23 October 2016
A mainlander uses a toy gun in a robbery attempt in Hong Kong last year. Photo: Ming Pao
A mainlander uses a toy gun in a robbery attempt in Hong Kong last year. Photo: Ming Pao

Firearm offences by mainlanders shoot up in HK

A total of 1,446 people from mainland China were arrested in Hong Kong last year for various offenses, Ming Pao Daily News reported, citing data from the Security Bureau.

The figure represents an increase of 7.8 percent over such detentions in 2012, the report said

Of the arrestees last year, 57 were related to crimes involving firearms and ammunition — a jump of 150 percent over the corresponding figure in 2012, it said.

As possession of stun guns is not illegal in certain countries, it is possible that some tourists may have neglected to observe relevant laws in Hong Kong, the report cited veteran police officers as saying.

Meanwhile, arrests for shoplifting were up 50 percent at 269 last year.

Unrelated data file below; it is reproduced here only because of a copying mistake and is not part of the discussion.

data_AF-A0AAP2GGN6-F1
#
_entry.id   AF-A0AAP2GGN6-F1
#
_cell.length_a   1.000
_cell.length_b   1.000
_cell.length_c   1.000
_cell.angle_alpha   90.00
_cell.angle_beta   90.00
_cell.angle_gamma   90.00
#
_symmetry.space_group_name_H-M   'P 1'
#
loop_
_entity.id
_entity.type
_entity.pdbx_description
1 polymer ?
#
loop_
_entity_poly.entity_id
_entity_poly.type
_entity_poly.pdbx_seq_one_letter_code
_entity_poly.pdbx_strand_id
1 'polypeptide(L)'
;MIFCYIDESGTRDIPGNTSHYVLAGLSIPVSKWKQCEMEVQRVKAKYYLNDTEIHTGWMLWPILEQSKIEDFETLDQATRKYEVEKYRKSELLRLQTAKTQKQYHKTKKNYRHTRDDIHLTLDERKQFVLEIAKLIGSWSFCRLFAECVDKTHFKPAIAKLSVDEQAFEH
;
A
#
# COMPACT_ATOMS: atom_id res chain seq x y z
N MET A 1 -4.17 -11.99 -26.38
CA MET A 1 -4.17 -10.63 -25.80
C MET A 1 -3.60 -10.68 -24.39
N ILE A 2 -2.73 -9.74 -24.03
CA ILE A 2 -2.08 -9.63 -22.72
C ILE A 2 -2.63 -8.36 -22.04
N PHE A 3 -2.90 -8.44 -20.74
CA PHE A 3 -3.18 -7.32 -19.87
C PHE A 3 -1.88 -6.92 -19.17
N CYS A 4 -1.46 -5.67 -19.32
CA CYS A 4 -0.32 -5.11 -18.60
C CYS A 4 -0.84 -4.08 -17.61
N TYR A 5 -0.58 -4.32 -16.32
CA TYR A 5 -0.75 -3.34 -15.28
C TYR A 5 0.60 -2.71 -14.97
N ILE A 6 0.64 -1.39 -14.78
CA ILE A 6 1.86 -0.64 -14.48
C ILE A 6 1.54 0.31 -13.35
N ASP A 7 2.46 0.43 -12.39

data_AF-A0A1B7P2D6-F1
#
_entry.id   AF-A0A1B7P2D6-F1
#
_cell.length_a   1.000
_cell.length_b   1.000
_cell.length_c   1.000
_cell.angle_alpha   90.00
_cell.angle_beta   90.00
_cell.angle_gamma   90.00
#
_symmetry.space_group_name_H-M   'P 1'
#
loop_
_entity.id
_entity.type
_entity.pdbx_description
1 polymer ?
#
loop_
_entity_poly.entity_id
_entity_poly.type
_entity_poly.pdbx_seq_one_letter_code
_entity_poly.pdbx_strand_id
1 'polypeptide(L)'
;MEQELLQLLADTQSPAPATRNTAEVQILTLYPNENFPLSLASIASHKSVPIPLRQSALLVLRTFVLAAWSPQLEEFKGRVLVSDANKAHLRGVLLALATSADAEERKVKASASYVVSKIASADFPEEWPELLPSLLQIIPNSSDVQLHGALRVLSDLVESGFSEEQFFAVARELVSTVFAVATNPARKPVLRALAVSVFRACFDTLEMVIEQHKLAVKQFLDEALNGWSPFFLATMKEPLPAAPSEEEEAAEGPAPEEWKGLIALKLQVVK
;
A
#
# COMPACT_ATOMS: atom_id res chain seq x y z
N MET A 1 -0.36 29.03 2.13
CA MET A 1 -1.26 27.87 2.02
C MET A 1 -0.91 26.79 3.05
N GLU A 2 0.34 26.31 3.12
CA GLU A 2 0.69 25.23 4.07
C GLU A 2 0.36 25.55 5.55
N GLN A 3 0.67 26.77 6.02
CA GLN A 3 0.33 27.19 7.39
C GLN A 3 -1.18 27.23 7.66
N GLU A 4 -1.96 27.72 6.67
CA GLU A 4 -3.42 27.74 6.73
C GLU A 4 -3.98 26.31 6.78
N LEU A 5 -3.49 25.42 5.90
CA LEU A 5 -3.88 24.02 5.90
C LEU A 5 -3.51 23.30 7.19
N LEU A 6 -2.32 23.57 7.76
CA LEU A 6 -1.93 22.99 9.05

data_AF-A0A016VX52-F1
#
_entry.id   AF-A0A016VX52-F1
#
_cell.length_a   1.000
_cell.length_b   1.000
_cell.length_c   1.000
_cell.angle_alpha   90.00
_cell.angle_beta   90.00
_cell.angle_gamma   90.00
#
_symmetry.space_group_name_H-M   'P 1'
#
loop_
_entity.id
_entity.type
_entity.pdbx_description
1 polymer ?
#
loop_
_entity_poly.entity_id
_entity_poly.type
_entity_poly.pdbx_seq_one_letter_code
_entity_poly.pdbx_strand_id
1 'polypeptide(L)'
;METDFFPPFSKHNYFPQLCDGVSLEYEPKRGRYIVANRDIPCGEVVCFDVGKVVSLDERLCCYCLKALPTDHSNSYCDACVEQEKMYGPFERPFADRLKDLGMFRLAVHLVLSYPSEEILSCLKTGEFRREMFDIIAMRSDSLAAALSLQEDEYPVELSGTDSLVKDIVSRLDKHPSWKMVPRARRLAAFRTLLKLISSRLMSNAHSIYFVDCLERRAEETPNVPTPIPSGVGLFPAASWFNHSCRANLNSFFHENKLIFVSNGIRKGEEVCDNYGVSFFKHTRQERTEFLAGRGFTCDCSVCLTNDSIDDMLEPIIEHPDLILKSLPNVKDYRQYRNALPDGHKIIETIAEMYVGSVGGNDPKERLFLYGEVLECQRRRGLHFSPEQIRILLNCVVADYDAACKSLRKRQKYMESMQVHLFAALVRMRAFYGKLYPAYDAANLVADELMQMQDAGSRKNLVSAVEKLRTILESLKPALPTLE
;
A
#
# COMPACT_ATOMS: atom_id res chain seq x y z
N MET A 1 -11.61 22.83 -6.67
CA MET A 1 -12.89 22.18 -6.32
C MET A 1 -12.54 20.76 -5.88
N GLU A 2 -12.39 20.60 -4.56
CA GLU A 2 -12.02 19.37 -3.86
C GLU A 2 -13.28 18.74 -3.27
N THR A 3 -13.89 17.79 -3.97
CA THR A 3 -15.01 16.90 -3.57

Owners of some drugstores have stepped up security efforts following an increase in shoplifting cases involving mainland tourists, the report cited Lam Wai-man, deputy secretary-general of the Hong Kong General Chamber of Pharmacy.

Government statistics revealed that 46.99 million people visited Hong Kong in 2014.

Of the 1,466 mainlanders who were arrested for criminal offenses last year, 789 were said to have traveled to Hong Kong under the solo visitor scheme.

The Security Bureau said the police would closely monitor the situation and that it will continue to exchange intelligence with mainland and overseas law enforcement agencies.

Wong Wai-sheung, chairman of jewelry chain Luk Fook Holdings (International), said the number of shoplifting cases involving mainland customers remained more or less the same at the company’s stores for the past few years.

Joseph Tung, executive director of the Travel Industry Council of Hong Kong, said there are no signs of an increase in the number of shop thefts by mainlanders.

Most of the criminal cases involving the visitors were actually related to disputes with their tour guides, he said.

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